November 24 2014 Latest news:
Friday, July 25, 2014
There are more than 40 cats tucked away in Gay Rees’s small cattery in Beeston Regis, many waiting for their forever homes.
Some have been abandoned, some handed over by people who could no longer care for them and some who have been left to the North Norfolk Cats Lifeline Trust after their owners died.
Many of the cats are ready to be snapped up into loving homes but some older or traumatised animals will remain at the centre for the rest of their lives, joining the “unhomeables”.
The cattery is run by Mrs Rees, built in the garden of her idyllic north Norfolk home and fully dependent on donations.
And although Mrs Rees, who is a former operatic soprano and teacher, can no longer get out into the cattery, she interviews every prospective owner.
Sitting in her kitchen surrounded by her own cats, she said: “It is important people realise the cat chooses you, people have to be prepared for that.
“I have had experience of cats that take no notice of anybody and then suddenly it becomes interested when a particular person comes in.”
It is an appointment-only cattery, where prospective pet owners are invited for an interview with Mrs Rees, who personally approves each re-homing.
She said finding lonely cats the perfect home is a rewarding process, with owners often sending cards which tell tales of happy endings.
And while many of the animals at Mrs Rees’s cattery have been traumatised, she too has not had an easy life.
Her early career as a soprano saw her working in the West End and entertaining the troops.
While stationed in Egypt with her soldier husband, she rescued a cat she saw thrown from a hotel fifth floor window – a sign of things to come.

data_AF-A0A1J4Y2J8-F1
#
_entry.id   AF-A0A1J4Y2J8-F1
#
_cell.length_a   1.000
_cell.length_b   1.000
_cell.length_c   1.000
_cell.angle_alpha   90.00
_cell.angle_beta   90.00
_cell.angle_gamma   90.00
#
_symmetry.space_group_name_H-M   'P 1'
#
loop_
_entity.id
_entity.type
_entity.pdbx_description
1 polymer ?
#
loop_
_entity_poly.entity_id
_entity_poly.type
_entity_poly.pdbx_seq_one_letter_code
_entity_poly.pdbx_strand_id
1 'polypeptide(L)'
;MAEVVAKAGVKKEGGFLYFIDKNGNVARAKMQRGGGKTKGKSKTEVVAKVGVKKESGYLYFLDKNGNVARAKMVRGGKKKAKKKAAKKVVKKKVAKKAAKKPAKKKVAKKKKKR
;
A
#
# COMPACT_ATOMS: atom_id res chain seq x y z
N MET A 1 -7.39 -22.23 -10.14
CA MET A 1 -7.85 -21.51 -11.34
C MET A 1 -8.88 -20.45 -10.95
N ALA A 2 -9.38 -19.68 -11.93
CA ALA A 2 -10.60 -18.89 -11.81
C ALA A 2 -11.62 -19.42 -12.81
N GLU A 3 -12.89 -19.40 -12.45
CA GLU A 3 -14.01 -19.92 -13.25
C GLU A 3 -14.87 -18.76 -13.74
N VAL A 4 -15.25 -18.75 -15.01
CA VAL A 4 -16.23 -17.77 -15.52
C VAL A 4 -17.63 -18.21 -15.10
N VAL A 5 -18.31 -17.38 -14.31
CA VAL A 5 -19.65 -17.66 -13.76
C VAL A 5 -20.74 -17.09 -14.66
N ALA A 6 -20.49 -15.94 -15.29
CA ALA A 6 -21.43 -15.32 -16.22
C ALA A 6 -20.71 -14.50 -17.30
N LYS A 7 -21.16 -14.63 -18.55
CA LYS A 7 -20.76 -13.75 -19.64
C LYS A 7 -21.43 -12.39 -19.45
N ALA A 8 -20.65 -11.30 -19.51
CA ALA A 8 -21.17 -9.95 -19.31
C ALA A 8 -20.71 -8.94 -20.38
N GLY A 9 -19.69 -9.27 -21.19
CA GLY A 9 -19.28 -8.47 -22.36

But her husband was killed in action during post-war riots before their son was born.
It meant a switch of careers and Mrs Rees became a teacher working at Sheringham High School where she was head of the remedial department and drama.
Nine years ago she was attacked by an unseen assailant from behind with some kind of “stun gun” which blasted her to the ground in her garden early one morning.
Yet she kept the cattery and today is helped by a team of about 11 volunteers, including trustee Jenny Dean who travels up from Aylsham six days a week.
All the cats roam free in the cattery, with a separate caravan for older cats, converted into a miniature house, complete with kitchen.
Mrs Rees said: “I can’t do the physical things any more but I still plan and think of things that need to be done.”
Anyone wishing to re-home one of the cats needs to be able to provide a stable permanent home.
Mrs Rees said there is no charge but a donation is required. “We always say give what you can afford,” she said. “The home is more important than the donation.”
Contact the cat sanctuary at South Hollow, Sheringwood on 01263 822560 for an appointment.
There is an open day at the sanctuary on September 6 and a mulled wine morning on November 22 from 9.30am to 12pm.